When anger issues begin to take hold, it can have a significant impact on your life. You might begin to view yourself in a negative light, shattering your self-esteem and making it more difficult to accept constructive criticism.
Expressing emotions can also become more challenging, lowering your mood, and allowing mental health conditions like stress and anxiety to become a constant day-to-day presence.
Difficulty managing anger can also cloud your judgement, and encourage you to say or do things you wouldn’t normally. This can put a strain on your relationships with friends, family and colleagues, and leave a lasting impact on those around you:
Anger is also a physical reaction, and a growing body of evidence suggests that high levels of aggression increases the likelihood of heart disease, stroke, and cancer, while also weakening the body’s defences against illnesses like flu and the common cold.
As we have discussed, everyone experiences flashes of hostility from time to time. But when these feelings become a daily occurrence, and have a huge influence on your life and those around you, it might be time to seek help.
While it can feel like there is nothing you can do to cool your temper, anger management counselling is a powerful course of treatment that is designed to help you develop healthy coping mechanisms to manage anger in a positive, sustainable way.
Delivered as an intervention when your feelings of frustration are becoming hard for you to control, our anger therapy sessions put you in dialogue with a qualified NHS Therapist.
Here, we will actively listen to your thoughts and feelings, and work with you so you can fully understand your frustration, developing anger management techniques for life that will allow you to regulate your emotions healthily.
Mastering the exercises and strategies we teach you will be valuable for your personal growth and put you on the path to feeling better.
Anger management therapy is not the only path towards improvement. Self-help resources are widely accessible and can be more convenient than therapy.
However, counselling takes an individual approach, offering advice that is tailored to your unique circumstances. In contrast, self-help resources typically provide more general advice intended for a wider audience.
Plus, through therapy’s person-centred approach, we can address the underlying cause of your anger. Rather than providing information on controlling your emotions in the moment, a bespoke approach equips you with conflict resolution techniques for life.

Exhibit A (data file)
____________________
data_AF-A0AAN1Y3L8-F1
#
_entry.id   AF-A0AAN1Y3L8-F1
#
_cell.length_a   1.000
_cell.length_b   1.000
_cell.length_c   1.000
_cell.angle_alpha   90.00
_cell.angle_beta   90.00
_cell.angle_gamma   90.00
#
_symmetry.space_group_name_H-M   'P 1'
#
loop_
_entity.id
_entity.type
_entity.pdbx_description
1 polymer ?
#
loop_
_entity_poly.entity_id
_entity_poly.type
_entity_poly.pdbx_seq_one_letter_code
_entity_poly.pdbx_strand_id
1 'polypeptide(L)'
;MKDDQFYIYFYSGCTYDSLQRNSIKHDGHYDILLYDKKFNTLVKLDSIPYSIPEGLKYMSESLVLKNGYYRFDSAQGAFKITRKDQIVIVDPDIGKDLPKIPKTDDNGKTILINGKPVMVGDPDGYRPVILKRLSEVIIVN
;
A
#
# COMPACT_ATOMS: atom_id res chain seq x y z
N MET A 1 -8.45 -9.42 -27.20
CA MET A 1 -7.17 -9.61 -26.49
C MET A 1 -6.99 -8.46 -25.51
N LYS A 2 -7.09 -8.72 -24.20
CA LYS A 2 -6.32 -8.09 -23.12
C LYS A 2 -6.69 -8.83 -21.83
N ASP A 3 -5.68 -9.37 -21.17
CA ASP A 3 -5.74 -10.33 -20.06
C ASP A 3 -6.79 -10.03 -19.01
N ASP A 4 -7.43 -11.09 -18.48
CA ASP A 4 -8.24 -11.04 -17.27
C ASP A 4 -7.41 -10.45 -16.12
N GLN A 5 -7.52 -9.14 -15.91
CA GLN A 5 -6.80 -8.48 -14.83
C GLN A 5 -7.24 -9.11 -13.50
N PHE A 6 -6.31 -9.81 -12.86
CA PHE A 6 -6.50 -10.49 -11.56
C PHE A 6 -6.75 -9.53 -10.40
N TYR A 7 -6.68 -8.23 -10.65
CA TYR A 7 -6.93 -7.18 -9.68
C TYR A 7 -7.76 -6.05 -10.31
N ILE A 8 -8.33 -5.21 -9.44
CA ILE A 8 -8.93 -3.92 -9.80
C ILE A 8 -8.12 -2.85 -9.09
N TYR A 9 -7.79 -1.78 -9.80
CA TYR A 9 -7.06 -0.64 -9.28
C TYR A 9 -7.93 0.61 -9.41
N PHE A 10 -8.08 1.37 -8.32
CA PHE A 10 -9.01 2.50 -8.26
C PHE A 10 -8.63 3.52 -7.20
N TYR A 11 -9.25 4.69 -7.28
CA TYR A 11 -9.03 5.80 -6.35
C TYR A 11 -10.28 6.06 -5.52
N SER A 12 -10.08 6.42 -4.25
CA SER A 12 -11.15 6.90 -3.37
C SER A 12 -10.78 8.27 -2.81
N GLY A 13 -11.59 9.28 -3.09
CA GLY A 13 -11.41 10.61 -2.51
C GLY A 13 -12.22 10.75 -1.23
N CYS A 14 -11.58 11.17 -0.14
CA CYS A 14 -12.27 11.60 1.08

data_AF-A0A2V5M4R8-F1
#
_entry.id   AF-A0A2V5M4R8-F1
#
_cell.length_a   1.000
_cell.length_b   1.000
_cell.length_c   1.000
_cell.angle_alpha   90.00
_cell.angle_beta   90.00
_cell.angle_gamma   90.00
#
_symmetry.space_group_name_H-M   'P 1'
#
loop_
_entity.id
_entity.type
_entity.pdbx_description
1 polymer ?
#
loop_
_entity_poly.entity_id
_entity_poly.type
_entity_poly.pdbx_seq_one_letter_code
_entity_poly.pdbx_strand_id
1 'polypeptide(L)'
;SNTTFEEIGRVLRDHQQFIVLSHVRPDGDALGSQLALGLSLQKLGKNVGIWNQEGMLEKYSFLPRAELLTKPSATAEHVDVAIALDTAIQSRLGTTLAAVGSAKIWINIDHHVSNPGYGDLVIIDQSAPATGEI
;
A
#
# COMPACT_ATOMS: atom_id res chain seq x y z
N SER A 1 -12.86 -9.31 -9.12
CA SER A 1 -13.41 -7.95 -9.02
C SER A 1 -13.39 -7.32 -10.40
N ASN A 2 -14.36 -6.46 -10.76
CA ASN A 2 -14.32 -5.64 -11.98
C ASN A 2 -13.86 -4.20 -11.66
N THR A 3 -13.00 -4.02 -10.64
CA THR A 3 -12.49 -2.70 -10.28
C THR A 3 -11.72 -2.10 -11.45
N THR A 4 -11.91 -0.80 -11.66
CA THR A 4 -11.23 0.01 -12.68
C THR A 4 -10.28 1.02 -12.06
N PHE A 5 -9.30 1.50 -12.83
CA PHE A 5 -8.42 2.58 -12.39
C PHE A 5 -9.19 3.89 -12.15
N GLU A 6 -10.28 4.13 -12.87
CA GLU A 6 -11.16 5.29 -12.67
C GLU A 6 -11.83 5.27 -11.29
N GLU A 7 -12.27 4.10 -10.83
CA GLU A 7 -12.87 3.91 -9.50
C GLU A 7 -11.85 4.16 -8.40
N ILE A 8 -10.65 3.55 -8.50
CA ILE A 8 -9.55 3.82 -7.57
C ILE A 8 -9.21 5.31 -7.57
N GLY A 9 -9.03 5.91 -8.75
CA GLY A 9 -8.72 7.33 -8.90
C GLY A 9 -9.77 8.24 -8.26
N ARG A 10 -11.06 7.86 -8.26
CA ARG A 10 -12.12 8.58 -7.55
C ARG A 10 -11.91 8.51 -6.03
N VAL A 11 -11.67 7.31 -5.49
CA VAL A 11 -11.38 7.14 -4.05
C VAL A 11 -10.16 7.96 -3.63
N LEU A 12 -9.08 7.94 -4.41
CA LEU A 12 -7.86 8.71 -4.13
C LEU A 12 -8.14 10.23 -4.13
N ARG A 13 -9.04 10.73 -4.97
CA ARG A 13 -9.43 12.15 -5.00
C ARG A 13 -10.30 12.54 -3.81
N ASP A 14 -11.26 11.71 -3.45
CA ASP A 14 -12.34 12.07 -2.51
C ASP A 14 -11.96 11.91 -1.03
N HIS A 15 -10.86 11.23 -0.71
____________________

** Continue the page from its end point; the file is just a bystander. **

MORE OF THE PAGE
Anger management programs also allow you to talk about your thoughts and feelings in a safe, confidential space with a qualified clinician. For some, this on its own can be a great way to vent frustrations and cool tempers.
Anger management therapy uses tried-and-tested techniques to put you on the path to feeling better, even after your course of treatment comes to an end.
Recognising what triggers your anger can help you understand your relationship with this emotion, and change the way you think, feel and act for the better.
Learning to become more open can help you close the rift between you and your loved ones, and allow you to express your frustration in other ways than displays of aggression.
With strong anger management techniques, you can increase your resilience to these feelings and reduce how often animosity clouds your mind and judgement.
Conflict has an impact on you and those around you. With intervention, you will be able to recognise when your anger is becoming a problem, and prevent conflicts from rising to the surface.
Studies suggest that around 75% of individuals who undertake anger management therapy see an improvement in their mood and ability to control their emotions.
When we asked our participants about their experience with our local mental health service for North East and South East Essex, 99% said they had confidence in their therapist, and 98.6% said they got help that mattered to them.
We hope this page has helped you better understand what anger is, when your temper can become an issue, and the pathways to treatment you can take to feel better and lead a healthier life.
Remember, everybody reacts to anger in their own unique ways, and learning how to cope and express your emotions through anger management therapy will help you make meaningful, lasting improvements to your mood.
Similarly, everyone’s path to recovery is different. If you feel you can’t control feelings of anger, Therapy For You is here for you, offering a range of pathways to help you express yourself in a calm, controlled way:
For more information on your pathways to treatment, get in touch with us today.